Anyone who drivers or owns a vehicle has to deal with the Department of Motor Vehicles (DMV) from time to time. (In some states, licensing and registration is one of the responsibilities of a larger administrative agency like the "Department of Transportation" or "Department of Public Safety.") But crowded DMV office would pose obvious public health risks given the current situation with the highly contagious coronavirus.
Fortunately, most people who have business that needs to be dealt with at the DMV won't be left high and dry. The DMV in some states has taken administrative actions that make it unnecessary to renew recently expired or soon to expire licenses and registration. And DMVs in most states offer online and mail-in options for many services.
In most situations, drivers can renew their license or registration online or by mail. However, some states have simplified things by automatically extending the expiration dates of licenses and registrations for a certain period of time or until further notice.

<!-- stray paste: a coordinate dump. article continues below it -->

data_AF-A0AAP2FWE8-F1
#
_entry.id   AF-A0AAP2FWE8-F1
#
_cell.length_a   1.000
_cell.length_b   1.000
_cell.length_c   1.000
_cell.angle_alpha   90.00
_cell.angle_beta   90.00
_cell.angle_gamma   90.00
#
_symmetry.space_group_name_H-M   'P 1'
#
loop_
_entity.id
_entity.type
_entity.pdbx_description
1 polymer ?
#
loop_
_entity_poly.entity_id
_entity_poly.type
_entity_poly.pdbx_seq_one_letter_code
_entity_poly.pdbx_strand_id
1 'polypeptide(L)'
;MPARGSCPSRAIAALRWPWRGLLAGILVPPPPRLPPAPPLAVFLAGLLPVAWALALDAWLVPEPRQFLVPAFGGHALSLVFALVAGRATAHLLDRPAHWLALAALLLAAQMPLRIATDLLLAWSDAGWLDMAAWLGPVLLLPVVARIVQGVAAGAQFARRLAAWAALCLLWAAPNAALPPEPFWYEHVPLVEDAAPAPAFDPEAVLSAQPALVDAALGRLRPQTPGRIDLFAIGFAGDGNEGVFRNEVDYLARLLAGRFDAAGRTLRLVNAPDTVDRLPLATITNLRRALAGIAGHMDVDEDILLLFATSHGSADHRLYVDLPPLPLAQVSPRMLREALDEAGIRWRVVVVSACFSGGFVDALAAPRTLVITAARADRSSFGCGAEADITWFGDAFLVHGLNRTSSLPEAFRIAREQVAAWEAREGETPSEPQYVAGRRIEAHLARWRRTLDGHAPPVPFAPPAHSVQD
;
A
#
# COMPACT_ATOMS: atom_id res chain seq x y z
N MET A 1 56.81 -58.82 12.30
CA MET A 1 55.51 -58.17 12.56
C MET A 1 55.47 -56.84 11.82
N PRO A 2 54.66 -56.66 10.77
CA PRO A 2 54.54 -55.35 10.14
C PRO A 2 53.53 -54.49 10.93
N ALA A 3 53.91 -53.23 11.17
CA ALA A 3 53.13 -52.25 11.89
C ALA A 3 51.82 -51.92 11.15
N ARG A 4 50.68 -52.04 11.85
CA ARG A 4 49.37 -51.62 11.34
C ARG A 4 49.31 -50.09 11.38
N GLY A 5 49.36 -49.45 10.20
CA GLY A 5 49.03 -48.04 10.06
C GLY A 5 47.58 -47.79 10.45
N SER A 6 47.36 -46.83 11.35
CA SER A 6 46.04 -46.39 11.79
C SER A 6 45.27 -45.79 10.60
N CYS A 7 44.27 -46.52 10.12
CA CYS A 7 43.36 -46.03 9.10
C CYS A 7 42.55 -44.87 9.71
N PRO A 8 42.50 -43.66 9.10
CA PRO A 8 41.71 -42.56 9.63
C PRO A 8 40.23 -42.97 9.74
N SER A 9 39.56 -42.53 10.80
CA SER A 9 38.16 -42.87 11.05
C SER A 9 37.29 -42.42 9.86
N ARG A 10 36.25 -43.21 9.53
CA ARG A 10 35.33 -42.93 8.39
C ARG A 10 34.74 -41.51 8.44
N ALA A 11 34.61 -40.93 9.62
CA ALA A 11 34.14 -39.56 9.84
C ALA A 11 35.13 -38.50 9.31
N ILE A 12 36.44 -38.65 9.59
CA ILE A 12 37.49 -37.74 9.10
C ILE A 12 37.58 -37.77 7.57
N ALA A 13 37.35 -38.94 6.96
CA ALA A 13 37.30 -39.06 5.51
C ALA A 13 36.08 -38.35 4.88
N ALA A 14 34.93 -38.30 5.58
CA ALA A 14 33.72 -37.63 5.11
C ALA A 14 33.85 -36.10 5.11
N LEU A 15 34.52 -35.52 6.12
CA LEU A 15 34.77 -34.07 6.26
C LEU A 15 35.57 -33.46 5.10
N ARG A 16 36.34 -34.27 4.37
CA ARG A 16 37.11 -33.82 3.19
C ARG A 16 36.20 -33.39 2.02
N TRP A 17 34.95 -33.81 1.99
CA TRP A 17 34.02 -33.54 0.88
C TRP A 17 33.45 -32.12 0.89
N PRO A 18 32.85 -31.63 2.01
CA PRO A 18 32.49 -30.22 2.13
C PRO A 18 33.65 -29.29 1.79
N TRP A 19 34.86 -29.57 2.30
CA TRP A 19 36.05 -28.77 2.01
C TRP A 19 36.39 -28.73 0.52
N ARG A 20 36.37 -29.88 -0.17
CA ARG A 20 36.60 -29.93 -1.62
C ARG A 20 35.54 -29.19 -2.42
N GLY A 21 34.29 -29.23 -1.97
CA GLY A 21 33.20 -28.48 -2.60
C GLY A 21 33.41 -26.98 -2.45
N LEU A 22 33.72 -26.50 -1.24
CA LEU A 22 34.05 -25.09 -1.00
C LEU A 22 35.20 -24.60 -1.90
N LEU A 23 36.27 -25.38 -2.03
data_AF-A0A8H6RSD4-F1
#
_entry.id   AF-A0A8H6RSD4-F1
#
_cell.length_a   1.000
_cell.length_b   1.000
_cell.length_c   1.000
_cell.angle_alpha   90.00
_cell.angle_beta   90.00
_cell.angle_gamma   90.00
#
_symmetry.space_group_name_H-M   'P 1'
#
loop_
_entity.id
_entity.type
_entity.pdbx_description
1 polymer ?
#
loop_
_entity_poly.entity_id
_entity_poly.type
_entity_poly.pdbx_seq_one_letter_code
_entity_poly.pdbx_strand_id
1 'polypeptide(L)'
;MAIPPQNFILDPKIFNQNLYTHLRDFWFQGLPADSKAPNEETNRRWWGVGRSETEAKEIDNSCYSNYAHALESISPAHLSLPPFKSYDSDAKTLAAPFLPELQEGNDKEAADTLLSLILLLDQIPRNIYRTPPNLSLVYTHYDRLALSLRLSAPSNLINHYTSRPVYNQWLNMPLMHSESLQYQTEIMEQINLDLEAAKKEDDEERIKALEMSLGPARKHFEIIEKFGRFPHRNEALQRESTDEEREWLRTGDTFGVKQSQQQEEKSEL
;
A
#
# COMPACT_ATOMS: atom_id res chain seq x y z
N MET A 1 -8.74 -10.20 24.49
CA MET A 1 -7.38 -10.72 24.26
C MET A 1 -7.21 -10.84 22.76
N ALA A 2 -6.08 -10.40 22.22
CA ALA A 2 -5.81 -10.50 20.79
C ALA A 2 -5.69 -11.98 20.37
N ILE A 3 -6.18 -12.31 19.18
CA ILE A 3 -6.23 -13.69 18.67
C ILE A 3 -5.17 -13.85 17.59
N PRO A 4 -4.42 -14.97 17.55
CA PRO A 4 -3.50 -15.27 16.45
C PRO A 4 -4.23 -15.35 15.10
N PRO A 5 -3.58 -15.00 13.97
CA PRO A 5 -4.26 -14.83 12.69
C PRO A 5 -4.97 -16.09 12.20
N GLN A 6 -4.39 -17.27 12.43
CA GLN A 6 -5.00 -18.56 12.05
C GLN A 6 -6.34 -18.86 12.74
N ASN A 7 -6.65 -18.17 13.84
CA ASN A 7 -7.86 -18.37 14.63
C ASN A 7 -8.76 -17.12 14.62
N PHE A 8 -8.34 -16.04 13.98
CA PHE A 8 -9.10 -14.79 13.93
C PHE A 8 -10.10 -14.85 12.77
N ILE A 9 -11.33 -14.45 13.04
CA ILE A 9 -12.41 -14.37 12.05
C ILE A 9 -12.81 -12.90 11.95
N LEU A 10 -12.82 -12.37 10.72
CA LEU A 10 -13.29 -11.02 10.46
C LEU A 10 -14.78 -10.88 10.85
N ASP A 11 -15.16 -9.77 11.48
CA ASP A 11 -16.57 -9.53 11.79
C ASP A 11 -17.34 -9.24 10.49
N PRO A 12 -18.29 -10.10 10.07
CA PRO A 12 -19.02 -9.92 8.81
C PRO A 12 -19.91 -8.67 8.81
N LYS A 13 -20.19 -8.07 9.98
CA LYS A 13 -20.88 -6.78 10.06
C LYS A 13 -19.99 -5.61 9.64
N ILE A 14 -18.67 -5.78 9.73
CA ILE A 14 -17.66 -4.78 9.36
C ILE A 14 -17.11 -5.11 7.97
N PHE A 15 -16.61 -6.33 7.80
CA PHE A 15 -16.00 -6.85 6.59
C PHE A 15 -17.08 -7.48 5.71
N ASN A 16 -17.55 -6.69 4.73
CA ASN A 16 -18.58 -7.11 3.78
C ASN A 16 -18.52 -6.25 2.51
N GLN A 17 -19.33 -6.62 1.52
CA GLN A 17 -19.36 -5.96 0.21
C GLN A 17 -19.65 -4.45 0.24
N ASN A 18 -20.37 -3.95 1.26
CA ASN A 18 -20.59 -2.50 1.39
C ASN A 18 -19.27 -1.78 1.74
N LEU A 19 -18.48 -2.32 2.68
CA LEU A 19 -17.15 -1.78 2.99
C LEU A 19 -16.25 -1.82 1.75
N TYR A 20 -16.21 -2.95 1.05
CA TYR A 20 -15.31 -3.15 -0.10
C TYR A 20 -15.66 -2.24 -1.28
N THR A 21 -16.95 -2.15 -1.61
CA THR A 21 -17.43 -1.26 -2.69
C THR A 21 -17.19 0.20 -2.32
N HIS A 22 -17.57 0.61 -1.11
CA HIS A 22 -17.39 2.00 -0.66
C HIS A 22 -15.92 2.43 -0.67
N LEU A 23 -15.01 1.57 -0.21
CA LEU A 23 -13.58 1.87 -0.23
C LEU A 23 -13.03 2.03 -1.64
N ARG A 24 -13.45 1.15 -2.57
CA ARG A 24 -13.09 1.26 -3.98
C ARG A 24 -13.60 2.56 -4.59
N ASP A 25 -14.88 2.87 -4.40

Presumably, law enforcement will be on the same page as the DMV. In other words, police will be made aware of and make adjustments to enforcement practices that are consistent with any actions taken by the DMV that might impact licensing and registration. It seems reasonable that law enforcement would use some discretion and leniency with drivers who have valid reasons for not being able to renew their license or registration.
The Department of Motor Vehicles is probably best known for long lines. But given that COVID-19 is highly contagious, DMVs across the country have temporarily put a halt to drop-in services that result in these lines.
Some DMVs are still allowing in-person visits but by appointment only. By scheduling appointments, DMV offices can control how many people are coming to the offices at any given time.
But what about people who need to take a written or driving test? Most DMV offices have put all testing on hold for the time being. (Though some DMV offices are still conducting testing related to commercial driver's license (CDL) applications.) So, for those who were hoping to obtain a driver's license or learner's permit sometime in the near future, it'll probably have to wait.
Even prior to the coronavirus pandemic, most DMV transactions could be completed online or through cellphone apps. And many DMVs are now expanding the number of services that are available for online users.
For people who don't have access to or aren't comfortable using the Internet, the mail is still an option for many DMV transactions. Some DMV offices also have customer call centers for getting questions answered and completing a variety of transactions.